Farmer’s lung or Hypersensitivity pneumonitis

Farmer’s lung is a serious respiratory condition also known as hypersensitivity pneumonitis. It affects people whose immune system is sensitive to fungal spores inhaled from:

  • Mouldy hay
  • Straw
  • Grain
  • Compost

Farmer’s lung is different from farmer’s fever also known as (ODTS – Organic Dust Toxic Syndrome) because it involves an allergic immune response that leads to inflammation and permanent tissue damage in the terminal airways of the lung. Farmers lung is associated with intense or repeated exposures to biologic dust and different organisms can cause farmers lung. It was described as early as 1713 notably in farmers exposed to organic dusts. Spread between people is non-existent, however, common exposure to the offending agent can lead to similar and numerous cases. Some agricultural industries with possible known exposures associated with hypersensitivity pneumonitis include:

  • Greenhouse farming
  • Mushroom, farming
  • Bird or poultry handling (‘bird breeder/fancier’s lung’)
  • Grain processing (wheat weevil disease)
  • Hay packing, storing and handling particularly when humid
  • Woodworkers lung

The symptoms of farmer’s lung in acute attacks can last from 12 hours to 10 days. Symptoms include:

  • Chills
  • Fever
  • Cough
  • Shortness of breath
  • Tight feeling in the chest
  • Tiredness

For those farmers who are sensitive, repeated exposure to the allergic trigger can lead to more severe symptoms such as chronic cough with phlegm containing pus, shortness of breath, loss of appetite and weight loss. Lung scarring (fibrosis) can occur in the later stages of the disease which greatly impacts respiratory health and cause difficulty breathing.

Farmer’s lung can be prevented by ensuring organic materials are kept dry and stored properly. Also keeping away from known allergens. Keep storage areas well-ventilated and wear appropriate Australian Standard respiratory masks which seal the face properly and protect the lungs. If working in greenhouse environs ensuring adequate ventilation and appropriate breaks out of the environment. These actions will minimise the risk of inhaling the allergic trigger and prevent the condition developing or progressing.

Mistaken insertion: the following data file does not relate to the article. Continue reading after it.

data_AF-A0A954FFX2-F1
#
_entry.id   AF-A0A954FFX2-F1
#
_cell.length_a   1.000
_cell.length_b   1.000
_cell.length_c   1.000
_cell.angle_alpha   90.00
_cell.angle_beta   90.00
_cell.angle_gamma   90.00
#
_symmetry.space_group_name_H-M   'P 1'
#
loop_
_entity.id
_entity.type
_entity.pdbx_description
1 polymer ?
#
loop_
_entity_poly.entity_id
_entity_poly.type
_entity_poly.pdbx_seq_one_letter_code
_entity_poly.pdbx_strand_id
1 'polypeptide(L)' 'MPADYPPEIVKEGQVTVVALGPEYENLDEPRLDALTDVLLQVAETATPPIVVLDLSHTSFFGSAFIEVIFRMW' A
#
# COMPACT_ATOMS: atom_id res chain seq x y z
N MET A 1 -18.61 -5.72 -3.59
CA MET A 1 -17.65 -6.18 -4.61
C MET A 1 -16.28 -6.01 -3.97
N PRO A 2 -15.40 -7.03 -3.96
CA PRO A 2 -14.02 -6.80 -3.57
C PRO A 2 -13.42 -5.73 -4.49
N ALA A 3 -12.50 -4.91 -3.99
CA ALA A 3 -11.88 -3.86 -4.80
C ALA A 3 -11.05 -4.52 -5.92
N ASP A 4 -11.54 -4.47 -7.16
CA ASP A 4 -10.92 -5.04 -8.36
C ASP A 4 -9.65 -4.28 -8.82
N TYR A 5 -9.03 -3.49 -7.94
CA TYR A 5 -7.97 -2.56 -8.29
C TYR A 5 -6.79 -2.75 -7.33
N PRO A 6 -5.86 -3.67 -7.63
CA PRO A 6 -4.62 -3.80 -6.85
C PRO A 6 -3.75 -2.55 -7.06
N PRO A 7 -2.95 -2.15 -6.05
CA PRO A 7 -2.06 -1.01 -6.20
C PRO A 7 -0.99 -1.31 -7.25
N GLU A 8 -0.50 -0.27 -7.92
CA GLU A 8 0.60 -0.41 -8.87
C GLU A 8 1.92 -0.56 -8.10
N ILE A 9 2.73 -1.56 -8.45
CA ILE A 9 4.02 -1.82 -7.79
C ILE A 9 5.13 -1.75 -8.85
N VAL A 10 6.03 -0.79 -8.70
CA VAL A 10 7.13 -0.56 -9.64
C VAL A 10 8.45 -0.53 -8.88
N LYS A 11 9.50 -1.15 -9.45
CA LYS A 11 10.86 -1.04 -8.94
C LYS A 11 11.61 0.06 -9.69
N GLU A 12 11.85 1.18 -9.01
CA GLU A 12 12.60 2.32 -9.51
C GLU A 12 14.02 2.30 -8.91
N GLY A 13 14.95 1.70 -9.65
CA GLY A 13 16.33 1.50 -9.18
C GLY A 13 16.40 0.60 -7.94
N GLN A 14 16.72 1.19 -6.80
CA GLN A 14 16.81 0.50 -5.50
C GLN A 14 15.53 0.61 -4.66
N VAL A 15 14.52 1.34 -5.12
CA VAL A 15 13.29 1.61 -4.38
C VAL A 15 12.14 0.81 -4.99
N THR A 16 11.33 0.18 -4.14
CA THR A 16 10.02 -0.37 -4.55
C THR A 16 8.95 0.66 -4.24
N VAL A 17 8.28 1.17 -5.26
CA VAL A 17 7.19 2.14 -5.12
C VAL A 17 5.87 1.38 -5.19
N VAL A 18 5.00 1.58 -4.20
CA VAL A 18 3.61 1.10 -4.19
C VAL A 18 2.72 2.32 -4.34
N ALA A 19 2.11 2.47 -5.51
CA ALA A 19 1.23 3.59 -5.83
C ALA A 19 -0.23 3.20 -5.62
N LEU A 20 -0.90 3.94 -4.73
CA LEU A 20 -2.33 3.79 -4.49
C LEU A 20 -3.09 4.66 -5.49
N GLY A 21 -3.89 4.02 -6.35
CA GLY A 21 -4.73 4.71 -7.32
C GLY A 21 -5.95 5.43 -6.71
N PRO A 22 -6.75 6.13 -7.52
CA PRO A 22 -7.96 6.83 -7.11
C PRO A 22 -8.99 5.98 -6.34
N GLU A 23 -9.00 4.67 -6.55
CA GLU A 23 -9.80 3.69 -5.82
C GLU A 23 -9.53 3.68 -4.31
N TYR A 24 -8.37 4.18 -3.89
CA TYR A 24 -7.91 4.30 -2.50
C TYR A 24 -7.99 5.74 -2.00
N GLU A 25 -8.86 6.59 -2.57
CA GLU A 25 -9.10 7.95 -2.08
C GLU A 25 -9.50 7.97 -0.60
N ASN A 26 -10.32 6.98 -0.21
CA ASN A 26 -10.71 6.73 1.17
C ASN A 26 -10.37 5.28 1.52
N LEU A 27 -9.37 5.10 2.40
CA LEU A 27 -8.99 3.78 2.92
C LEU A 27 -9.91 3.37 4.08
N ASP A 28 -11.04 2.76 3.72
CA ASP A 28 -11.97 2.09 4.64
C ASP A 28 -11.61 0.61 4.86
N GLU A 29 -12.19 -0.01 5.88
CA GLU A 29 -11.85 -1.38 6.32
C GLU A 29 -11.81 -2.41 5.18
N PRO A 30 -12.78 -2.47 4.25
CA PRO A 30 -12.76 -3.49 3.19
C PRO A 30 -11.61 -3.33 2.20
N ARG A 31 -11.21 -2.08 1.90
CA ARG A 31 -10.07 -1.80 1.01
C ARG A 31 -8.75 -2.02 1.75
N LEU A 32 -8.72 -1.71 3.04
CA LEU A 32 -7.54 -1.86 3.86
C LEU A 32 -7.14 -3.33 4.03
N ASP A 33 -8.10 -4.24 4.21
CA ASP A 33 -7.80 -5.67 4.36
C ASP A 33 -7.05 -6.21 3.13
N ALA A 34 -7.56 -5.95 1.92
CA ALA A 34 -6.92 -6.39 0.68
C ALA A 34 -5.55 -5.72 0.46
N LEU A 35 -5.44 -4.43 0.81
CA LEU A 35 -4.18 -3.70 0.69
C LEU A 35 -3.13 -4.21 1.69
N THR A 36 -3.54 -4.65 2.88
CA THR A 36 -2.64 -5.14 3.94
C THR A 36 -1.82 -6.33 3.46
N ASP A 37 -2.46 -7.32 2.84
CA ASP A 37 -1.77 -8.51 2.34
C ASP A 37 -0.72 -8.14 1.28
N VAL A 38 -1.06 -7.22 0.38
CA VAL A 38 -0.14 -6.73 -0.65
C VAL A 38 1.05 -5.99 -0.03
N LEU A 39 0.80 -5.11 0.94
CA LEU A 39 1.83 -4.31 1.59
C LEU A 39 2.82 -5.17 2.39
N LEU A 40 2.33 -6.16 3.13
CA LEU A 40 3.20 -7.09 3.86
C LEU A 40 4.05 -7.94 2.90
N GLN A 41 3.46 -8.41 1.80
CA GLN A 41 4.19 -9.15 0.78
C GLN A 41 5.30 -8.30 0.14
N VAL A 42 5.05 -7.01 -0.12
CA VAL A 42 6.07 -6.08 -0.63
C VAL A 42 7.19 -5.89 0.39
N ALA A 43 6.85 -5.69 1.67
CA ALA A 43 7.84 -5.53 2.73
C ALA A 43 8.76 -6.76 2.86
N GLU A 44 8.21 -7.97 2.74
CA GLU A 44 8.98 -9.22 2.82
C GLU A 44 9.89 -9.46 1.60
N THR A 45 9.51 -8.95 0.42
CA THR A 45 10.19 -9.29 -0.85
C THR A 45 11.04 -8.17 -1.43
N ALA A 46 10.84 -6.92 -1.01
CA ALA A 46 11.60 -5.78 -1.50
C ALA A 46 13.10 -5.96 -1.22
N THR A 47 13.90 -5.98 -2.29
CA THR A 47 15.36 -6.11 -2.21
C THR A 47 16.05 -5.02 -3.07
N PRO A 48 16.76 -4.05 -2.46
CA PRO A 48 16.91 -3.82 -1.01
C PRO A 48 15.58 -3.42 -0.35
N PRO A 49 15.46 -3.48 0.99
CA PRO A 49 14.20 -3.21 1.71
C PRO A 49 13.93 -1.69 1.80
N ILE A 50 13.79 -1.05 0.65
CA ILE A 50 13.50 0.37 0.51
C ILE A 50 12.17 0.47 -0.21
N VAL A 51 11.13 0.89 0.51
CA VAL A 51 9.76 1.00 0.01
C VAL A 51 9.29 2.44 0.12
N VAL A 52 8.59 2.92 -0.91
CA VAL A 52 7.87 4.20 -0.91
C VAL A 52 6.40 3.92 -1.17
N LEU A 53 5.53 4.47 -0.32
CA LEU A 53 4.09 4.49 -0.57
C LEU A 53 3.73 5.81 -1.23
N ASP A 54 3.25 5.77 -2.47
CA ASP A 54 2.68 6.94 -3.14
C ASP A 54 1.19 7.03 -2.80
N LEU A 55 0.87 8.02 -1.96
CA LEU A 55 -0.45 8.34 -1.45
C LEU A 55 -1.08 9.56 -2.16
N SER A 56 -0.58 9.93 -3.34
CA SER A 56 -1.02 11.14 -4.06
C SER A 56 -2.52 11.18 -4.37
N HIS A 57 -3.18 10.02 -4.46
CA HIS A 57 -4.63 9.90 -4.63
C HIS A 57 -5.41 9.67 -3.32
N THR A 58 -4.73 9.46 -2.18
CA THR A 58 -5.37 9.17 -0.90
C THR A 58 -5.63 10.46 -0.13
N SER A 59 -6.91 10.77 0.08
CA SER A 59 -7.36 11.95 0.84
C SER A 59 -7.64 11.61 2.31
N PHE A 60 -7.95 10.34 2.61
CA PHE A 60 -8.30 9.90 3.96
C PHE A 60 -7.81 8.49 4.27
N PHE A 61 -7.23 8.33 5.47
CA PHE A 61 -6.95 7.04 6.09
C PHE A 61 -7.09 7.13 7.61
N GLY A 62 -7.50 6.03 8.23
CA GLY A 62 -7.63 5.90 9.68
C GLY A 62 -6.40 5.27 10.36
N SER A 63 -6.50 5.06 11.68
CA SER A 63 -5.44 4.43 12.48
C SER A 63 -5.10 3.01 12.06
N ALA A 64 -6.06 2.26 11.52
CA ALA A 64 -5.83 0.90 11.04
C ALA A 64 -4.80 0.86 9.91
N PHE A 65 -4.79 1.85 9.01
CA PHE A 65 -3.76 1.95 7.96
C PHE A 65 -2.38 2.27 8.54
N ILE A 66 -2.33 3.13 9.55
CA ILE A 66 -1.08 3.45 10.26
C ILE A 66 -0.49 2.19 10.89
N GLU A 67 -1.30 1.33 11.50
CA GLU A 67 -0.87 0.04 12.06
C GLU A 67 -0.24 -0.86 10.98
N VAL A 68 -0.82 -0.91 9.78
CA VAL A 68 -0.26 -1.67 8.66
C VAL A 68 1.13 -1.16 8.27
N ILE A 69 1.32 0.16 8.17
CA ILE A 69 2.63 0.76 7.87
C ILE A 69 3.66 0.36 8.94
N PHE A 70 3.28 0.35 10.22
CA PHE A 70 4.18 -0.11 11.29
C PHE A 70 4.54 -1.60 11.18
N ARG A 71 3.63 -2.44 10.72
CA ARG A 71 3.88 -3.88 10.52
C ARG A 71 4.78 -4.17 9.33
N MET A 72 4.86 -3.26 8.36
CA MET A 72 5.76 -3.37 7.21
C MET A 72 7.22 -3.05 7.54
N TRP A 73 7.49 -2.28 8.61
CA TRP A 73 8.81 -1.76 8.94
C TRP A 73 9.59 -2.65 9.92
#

Fast facts:

  • Farmer’s lung is often caused by inhaling fungal spores or bacteria from mouldy hay, grains, compost.
  • Farmer’s lung can be slowed if it is identified early. So tell your doctor about any symptoms like breathing problems, chills and fevers.
  • Keep hay, grains and other organic materials dry as fungal spores can only grow in moist conditions.
  • Wear Personal Protective Equipment (PPE) if having to work at high risk sites.
  • As farmers lungs symptoms are like a viral illness if can be misdiagnosed.

References used for this topic

More information:

RACGP – Australian Family Physician 2012
The respiratory tract

The National Center for Biotechnology Information
Pulmonary Health Effects of Agriculture (2016)

StatPearls [Internet]. Treasure Island
Farmers Lung

Canadian Centre for Occupational Health and Safety
Farmers lung

JAMA Network
An Outbreak of Organic Dust Toxic Syndrome in a College Fraternity

Cedars-Sinai (US)
Hypersensitivity pneumonitis

University of California
Hypersensitivity pneumonitis – signs and symptoms

Zergham AS, Heller D. Farmers Lung. [Updated 2020 May 22]. In: StatPearls [Internet]. Treasure Island (FL): StatPearls Publishing; 2021 Jan-. Available from:

Research & reviews:

National Center for Biotechnology Information
Systematic review of respiratory health among dairy workers.

European Respiratory Journal
Hypersensitivity pneumonitis – current concepts [PDF 132kb]